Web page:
I've always loved history. I mean contemporary history. Learning about the people and events that changed and shaped our nation has always been fascinating to me and I appreciate the professionals who work tirelessly to provide this information to students and the public at large.

The recent events involving actions of police brutality and excessive force have added fuel to the Black Lives Matter movement and intellectual discussions around race relations in the United States. Some offer rebuttals of All Lives Matter or denounce all arguments of black lives matter, calling it a terrorist group or meaningless.

What I have come to understand is that these responses are really not reactions to the specific recent shootings of unarmed black men. They are responses to a history of abuse from law enforcement toward black and/or poor citizens of this country. I know this because the power of storytelling is strong enough for me to believe it. It is more powerful than any textbook account I have ever read.

"Baltimore '68: Riots and Rebirth in an American City," is a collection of essays and first-hand accounts that examine and expose race relations in Baltimore shortly before and shortly after the assassination of Martin Luther King Jr. Developed and produced by a progressive group of historians, college professors, and editors and writers, the book reopens old wounds of civic disorder that wracked our nations cities (Gillette, Foreword). The mission of the work was not to bestow guilt or shame on any particular group; it is to acknowledge civic memory from the citizens who remember what is most important to them and to the emotional fabric of their own families and neighbors (Price, Epilogue).

History as we learn it in an academic setting is mainly constructed from public memory. This is problematic because public memory is overly embellished by commemoration. It is grandly constructed; sought to foster patriotism, social order, and public discipline. It seeks social control (Price, Epilogue). Public memory is always in a state of flux; it is negotiated and contested, often a extension of the conflicts out of which it arises (Price, Epilogue).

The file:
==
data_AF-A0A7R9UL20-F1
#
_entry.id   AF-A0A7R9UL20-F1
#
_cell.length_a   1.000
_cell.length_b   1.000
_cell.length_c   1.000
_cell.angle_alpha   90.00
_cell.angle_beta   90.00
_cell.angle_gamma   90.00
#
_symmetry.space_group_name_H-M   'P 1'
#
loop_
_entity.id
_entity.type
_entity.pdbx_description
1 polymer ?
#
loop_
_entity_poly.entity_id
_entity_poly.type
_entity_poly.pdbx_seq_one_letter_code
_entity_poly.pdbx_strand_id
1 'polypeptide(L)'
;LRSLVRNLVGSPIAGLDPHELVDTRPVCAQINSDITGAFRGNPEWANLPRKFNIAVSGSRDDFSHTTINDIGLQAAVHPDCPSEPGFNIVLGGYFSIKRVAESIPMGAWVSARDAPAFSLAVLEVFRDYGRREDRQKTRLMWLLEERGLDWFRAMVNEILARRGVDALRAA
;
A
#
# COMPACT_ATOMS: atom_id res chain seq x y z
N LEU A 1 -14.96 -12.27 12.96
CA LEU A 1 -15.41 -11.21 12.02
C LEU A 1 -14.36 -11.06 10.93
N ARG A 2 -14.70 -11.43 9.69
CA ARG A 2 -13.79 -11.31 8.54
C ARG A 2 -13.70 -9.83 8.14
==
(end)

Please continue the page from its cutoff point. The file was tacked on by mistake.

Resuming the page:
When we consider personal accounts and stories handed down from generation to generation, we hear the voices of those from the past, especially those who have been marginalized. Hearing a story from a 70 year old white, Catholic man's upbringing in Baltimore offers a kind of insight that hits home for many. Listening to his accounts of living in a racially segregated neighborhood and only interacting with blacks when they delivered milk to his home; and how his parents gave strict orders to bypass the black streets when walking to a destination; or how he didn't understand why black students were upset about MLK's assassination are anecdotes that create tension for anyone listening. It sticks and offers a contextual perspective that historians or economists cannot achieve.

We know about race relations. We know about slavery and segregation and the muddied waters of everything post Civil Rights Movement. But when we tell our stories, it takes us deeply in to the realm of community emotions and into the truths of what people care most deeply about (Price, Epilogue).

For young people, being vocal is simple, and actually encouraged. We take to social media, letting the world know our opinions, feelings, thoughts. Our stories can go viral in seconds. But what about the stories that came before us? The ones that were told in secrecy and stayed within familial, close communities. Listen to these. Ask your elders difficult questions. Their answers will provide the sense of understanding and truth our society is missing.